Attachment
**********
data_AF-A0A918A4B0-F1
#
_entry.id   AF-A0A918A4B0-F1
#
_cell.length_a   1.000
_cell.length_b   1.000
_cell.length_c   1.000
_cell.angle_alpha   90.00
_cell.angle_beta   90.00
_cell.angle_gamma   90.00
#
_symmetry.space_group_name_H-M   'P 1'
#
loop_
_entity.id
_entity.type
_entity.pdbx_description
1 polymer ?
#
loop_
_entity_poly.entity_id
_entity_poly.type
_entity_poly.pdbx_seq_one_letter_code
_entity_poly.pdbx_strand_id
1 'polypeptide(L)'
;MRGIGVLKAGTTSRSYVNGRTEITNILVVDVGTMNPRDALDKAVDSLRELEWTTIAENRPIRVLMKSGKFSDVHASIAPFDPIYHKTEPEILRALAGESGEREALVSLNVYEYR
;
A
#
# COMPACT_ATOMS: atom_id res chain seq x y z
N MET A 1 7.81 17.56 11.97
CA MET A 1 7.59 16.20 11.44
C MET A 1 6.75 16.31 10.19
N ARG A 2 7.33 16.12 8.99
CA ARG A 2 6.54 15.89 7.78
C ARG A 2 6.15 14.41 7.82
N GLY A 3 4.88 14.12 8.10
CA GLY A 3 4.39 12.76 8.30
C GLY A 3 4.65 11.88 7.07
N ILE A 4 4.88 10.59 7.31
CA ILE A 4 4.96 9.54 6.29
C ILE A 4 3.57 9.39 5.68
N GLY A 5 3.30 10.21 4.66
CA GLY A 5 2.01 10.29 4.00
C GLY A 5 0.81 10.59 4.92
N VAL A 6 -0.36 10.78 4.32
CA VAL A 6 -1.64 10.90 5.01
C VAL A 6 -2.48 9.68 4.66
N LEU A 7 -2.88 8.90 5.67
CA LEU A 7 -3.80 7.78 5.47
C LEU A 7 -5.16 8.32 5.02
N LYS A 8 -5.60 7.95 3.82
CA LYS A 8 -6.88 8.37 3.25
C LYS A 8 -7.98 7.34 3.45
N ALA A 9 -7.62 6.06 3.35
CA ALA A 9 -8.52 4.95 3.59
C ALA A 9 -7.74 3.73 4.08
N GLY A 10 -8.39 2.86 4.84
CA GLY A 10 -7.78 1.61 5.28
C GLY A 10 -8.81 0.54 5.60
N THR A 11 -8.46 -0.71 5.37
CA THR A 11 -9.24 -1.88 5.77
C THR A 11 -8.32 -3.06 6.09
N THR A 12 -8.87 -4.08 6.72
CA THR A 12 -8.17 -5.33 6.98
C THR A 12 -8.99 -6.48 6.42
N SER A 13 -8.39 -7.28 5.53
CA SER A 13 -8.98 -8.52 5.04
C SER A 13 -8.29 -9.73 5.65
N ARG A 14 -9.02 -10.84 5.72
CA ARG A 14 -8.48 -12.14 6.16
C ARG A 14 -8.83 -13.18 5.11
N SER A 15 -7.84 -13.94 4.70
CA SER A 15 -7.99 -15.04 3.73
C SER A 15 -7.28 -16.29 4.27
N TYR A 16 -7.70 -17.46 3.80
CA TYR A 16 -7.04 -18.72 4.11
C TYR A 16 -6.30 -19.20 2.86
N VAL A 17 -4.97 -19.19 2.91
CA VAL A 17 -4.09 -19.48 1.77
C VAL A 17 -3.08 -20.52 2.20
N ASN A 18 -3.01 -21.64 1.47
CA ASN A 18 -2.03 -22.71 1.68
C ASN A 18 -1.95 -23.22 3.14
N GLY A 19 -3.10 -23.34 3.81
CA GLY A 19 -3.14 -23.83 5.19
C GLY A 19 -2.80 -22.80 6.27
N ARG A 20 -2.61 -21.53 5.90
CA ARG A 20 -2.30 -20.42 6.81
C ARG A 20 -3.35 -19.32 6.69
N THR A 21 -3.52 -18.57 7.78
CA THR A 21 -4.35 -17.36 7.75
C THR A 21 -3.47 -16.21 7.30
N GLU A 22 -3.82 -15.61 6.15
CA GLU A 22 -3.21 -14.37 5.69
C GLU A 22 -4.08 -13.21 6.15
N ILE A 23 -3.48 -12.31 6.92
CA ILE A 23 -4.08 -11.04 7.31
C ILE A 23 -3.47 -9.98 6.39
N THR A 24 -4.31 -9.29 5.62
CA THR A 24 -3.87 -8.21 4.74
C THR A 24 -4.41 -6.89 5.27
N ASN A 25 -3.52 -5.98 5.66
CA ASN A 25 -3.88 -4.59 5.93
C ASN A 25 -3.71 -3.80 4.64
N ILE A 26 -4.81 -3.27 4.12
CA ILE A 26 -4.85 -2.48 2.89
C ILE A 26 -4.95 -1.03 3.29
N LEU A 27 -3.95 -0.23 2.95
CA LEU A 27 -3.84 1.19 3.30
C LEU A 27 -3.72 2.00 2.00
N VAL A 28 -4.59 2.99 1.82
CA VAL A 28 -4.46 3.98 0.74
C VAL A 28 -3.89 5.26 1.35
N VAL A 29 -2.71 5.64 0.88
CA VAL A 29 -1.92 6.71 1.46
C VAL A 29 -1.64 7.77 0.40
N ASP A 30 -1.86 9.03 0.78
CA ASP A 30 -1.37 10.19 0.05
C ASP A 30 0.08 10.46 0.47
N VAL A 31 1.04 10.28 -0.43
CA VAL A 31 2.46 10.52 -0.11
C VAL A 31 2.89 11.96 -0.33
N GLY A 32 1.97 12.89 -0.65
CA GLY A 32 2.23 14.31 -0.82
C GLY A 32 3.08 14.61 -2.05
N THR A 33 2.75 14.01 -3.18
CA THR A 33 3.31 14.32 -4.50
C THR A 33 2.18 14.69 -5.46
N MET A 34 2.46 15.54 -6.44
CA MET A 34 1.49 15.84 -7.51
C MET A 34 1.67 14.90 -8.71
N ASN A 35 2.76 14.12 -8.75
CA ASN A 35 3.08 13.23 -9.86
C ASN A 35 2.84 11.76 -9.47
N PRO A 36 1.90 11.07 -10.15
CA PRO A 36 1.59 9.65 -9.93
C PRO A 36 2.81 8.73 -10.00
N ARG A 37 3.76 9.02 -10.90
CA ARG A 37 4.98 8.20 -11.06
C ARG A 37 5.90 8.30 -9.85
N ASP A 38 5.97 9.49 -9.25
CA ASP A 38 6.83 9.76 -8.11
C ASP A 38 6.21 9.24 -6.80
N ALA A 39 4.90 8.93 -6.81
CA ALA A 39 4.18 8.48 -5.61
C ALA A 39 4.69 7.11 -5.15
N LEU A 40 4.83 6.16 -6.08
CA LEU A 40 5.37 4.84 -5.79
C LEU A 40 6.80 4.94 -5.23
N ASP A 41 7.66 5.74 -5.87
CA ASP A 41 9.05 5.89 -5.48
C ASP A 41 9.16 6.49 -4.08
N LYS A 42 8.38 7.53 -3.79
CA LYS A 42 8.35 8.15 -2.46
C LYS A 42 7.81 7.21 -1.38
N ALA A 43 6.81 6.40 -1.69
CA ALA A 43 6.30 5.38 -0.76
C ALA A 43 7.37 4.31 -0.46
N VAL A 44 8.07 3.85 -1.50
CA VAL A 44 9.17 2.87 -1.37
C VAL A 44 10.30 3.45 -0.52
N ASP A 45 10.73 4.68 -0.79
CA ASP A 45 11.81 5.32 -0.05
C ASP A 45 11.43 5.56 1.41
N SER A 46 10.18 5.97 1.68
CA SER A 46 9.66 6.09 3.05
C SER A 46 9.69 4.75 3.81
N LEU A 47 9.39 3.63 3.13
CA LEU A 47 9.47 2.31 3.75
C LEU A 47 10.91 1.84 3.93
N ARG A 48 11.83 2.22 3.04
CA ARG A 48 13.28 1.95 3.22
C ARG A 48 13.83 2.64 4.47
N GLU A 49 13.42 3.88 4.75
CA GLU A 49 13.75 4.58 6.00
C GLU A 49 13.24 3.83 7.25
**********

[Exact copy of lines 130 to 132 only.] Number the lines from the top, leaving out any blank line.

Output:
N MET A 34 2.46 15.54 -6.44
CA MET A 34 1.49 15.84 -7.51
C MET A 34 1.67 14.90 -8.71